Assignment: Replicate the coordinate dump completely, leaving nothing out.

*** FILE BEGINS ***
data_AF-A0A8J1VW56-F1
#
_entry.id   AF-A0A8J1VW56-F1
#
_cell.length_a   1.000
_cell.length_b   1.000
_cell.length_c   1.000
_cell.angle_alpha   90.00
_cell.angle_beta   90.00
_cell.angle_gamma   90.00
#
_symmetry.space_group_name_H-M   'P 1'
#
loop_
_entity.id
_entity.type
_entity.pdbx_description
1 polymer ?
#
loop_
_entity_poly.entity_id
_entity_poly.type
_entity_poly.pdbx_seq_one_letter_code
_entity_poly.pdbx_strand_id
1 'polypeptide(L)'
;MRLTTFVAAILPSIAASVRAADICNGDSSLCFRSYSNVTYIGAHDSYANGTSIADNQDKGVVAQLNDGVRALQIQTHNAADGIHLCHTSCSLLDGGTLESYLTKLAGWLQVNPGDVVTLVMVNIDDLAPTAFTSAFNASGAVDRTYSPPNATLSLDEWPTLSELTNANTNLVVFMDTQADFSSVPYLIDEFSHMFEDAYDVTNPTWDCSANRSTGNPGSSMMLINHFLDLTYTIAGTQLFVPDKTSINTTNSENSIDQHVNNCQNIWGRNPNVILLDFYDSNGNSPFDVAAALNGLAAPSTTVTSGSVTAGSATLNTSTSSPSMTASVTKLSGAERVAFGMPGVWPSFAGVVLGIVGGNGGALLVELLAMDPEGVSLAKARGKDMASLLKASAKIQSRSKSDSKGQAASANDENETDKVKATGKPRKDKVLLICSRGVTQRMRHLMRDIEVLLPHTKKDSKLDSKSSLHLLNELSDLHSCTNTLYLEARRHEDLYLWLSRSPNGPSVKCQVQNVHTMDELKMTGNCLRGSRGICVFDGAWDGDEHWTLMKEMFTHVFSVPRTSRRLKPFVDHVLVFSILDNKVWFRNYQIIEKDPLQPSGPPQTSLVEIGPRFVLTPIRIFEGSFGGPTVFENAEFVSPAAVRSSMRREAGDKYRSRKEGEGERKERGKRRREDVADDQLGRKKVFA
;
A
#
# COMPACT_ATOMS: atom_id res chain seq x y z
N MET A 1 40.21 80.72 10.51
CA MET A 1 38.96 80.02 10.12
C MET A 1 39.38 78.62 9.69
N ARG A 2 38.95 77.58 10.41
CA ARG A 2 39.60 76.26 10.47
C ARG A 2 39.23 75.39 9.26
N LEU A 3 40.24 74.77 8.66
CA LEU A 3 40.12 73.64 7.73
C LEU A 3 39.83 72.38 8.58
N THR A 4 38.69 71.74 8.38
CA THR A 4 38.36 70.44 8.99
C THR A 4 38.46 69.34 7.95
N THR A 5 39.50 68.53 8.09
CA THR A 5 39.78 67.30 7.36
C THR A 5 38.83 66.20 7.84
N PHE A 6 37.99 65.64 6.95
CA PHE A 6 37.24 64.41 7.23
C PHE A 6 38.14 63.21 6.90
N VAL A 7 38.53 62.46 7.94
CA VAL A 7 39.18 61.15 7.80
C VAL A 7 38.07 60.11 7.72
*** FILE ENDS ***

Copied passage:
data_AF-A0A8J1VW56-F1
#
_entry.id   AF-A0A8J1VW56-F1
#
_cell.length_a   1.000
_cell.length_b   1.000
_cell.length_c   1.000
_cell.angle_alpha   90.00
_cell.angle_beta   90.00
_cell.angle_gamma   90.00
#
_symmetry.space_group_name_H-M   'P 1'
#
loop_
_entity.id
_entity.type
_entity.pdbx_description
1 polymer ?
#
loop_
_entity_poly.entity_id
_entity_poly.type
_entity_poly.pdbx_seq_one_letter_code
_entity_poly.pdbx_strand_id
1 'polypeptide(L)'
;MRLTTFVAAILPSIAASVRAADICNGDSSLCFRSYSNVTYIGAHDSYANGTSIADNQDKGVVAQLNDGVRALQIQTHNAADGIHLCHTSCSLLDGGTLESYLTKLAGWLQVNPGDVVTLVMVNIDDLAPTAFTSAFNASGAVDRTYSPPNATLSLDEWPTLSELTNANTNLVVFMDTQADFSSVPYLIDEFSHMFEDAYDVTNPTWDCSANRSTGNPGSSMMLINHFLDLTYTIAGTQLFVPDKTSINTTNSENSIDQHVNNCQNIWGRNPNVILLDFYDSNGNSPFDVAAALNGLAAPSTTVTSGSVTAGSATLNTSTSSPSMTASVTKLSGAERVAFGMPGVWPSFAGVVLGIVGGNGGALLVELLAMDPEGVSLAKARGKDMASLLKASAKIQSRSKSDSKGQAASANDENETDKVKATGKPRKDKVLLICSRGVTQRMRHLMRDIEVLLPHTKKDSKLDSKSSLHLLNELSDLHSCTNTLYLEARRHEDLYLWLSRSPNGPSVKCQVQNVHTMDELKMTGNCLRGSRGICVFDGAWDGDEHWTLMKEMFTHVFSVPRTSRRLKPFVDHVLVFSILDNKVWFRNYQIIEKDPLQPSGPPQTSLVEIGPRFVLTPIRIFEGSFGGPTVFENAEFVSPAAVRSSMRREAGDKYRSRKEGEGERKERGKRRREDVADDQLGRKKVFA
;
A
#
# COMPACT_ATOMS: atom_id res chain seq x y z
N MET A 1 40.21 80.72 10.51
CA MET A 1 38.96 80.02 10.12
C MET A 1 39.38 78.62 9.69
N ARG A 2 38.95 77.58 10.41
CA ARG A 2 39.60 76.26 10.47
C ARG A 2 39.23 75.39 9.26
N LEU A 3 40.24 74.77 8.66
CA LEU A 3 40.12 73.64 7.73
C LEU A 3 39.83 72.38 8.58
N THR A 4 38.69 71.74 8.38
CA THR A 4 38.36 70.44 8.99
C THR A 4 38.46 69.34 7.95
N THR A 5 39.50 68.53 8.09
CA THR A 5 39.78 67.30 7.36
C THR A 5 38.83 66.20 7.84
N PHE A 6 37.99 65.64 6.95
CA PHE A 6 37.24 64.41 7.23
C PHE A 6 38.14 63.21 6.90
N VAL A 7 38.53 62.46 7.94
CA VAL A 7 39.18 61.15 7.80
C VAL A 7 38.07 60.11 7.72